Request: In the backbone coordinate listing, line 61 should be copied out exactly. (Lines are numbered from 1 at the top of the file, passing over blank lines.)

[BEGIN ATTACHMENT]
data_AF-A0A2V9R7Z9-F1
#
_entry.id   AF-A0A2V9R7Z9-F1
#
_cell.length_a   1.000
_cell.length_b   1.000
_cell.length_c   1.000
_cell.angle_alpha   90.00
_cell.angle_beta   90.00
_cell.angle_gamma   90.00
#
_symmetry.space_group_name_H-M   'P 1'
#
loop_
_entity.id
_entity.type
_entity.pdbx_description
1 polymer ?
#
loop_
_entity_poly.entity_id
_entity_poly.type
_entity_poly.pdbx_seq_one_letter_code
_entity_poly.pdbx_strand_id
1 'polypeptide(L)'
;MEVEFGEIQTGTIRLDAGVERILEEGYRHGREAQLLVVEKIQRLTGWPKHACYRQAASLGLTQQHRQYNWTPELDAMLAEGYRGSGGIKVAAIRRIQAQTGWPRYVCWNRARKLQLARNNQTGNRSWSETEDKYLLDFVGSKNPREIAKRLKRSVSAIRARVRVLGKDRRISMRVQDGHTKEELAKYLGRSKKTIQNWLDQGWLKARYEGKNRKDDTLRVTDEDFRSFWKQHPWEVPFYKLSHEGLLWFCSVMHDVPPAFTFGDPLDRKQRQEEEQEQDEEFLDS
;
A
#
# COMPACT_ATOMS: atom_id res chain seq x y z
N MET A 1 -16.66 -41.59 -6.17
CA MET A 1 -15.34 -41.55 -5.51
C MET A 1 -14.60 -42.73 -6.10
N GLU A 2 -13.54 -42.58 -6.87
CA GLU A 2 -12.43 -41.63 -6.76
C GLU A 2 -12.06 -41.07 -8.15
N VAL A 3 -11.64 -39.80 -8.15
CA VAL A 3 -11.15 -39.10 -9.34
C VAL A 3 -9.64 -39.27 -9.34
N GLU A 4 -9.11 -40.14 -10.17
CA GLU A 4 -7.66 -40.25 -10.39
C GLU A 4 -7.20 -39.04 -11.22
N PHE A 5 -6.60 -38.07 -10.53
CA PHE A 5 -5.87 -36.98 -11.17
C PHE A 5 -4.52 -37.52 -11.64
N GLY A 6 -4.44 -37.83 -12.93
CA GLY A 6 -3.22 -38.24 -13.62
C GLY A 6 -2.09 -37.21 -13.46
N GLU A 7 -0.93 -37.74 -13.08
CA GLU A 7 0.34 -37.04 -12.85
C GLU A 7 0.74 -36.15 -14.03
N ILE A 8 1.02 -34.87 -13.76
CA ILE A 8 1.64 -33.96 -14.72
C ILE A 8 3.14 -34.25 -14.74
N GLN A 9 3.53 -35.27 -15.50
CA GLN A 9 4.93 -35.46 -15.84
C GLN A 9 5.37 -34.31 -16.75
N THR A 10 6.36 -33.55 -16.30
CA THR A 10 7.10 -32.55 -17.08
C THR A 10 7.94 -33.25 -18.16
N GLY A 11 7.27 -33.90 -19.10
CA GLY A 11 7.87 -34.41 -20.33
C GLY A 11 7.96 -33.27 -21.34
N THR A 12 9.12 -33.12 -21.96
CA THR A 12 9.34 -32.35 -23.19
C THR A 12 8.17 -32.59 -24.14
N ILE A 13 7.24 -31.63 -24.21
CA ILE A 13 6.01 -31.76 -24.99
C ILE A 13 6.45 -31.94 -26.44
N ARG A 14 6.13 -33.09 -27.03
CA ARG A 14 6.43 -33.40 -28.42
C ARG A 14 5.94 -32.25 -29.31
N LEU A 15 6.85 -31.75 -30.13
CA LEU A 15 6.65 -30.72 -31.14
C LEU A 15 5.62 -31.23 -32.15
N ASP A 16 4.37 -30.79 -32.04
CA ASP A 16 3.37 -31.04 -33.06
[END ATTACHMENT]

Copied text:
N GLY A 11 7.27 -33.90 -19.10